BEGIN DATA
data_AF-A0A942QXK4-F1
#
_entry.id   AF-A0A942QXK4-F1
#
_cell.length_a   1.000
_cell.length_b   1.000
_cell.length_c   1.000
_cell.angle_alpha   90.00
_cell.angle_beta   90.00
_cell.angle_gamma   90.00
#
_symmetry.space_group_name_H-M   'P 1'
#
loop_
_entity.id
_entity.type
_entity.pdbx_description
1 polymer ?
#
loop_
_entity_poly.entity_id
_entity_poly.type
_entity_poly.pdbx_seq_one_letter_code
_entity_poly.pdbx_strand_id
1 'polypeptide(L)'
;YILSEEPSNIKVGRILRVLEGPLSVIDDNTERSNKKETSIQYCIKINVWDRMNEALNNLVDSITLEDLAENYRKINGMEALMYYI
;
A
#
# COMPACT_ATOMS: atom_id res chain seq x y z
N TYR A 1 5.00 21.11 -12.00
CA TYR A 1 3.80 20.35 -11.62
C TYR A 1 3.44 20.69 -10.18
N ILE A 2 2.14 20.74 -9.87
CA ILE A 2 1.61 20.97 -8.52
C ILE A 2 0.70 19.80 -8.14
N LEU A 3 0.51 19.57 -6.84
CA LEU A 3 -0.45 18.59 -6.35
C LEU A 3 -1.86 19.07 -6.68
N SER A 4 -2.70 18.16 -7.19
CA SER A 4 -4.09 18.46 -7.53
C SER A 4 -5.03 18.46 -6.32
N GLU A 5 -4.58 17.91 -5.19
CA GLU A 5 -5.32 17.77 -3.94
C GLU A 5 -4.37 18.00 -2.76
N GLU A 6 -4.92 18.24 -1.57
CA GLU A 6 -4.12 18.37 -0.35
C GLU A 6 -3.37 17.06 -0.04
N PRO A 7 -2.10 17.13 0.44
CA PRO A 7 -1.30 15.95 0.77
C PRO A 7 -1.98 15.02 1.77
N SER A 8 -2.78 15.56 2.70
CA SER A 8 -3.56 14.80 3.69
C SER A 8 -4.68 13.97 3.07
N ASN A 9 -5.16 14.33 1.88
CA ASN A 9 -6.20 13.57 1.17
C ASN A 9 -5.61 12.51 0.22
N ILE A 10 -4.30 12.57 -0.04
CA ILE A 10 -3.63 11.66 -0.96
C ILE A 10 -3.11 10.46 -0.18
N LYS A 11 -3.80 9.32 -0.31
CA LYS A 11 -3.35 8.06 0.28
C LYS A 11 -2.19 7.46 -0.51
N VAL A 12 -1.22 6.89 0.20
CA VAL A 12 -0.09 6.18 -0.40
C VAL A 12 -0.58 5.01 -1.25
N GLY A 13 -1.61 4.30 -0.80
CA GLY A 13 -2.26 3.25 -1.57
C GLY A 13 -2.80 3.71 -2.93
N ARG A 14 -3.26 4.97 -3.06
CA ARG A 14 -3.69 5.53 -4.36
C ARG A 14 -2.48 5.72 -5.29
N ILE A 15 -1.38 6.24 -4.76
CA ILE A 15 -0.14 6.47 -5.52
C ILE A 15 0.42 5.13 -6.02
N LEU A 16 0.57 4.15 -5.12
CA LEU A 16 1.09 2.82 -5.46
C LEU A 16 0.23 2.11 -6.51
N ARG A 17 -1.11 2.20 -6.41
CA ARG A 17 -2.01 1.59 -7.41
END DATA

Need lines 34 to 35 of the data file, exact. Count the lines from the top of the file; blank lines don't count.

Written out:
N ILE A 2 2.14 20.74 -9.87
CA ILE A 2 1.61 20.97 -8.52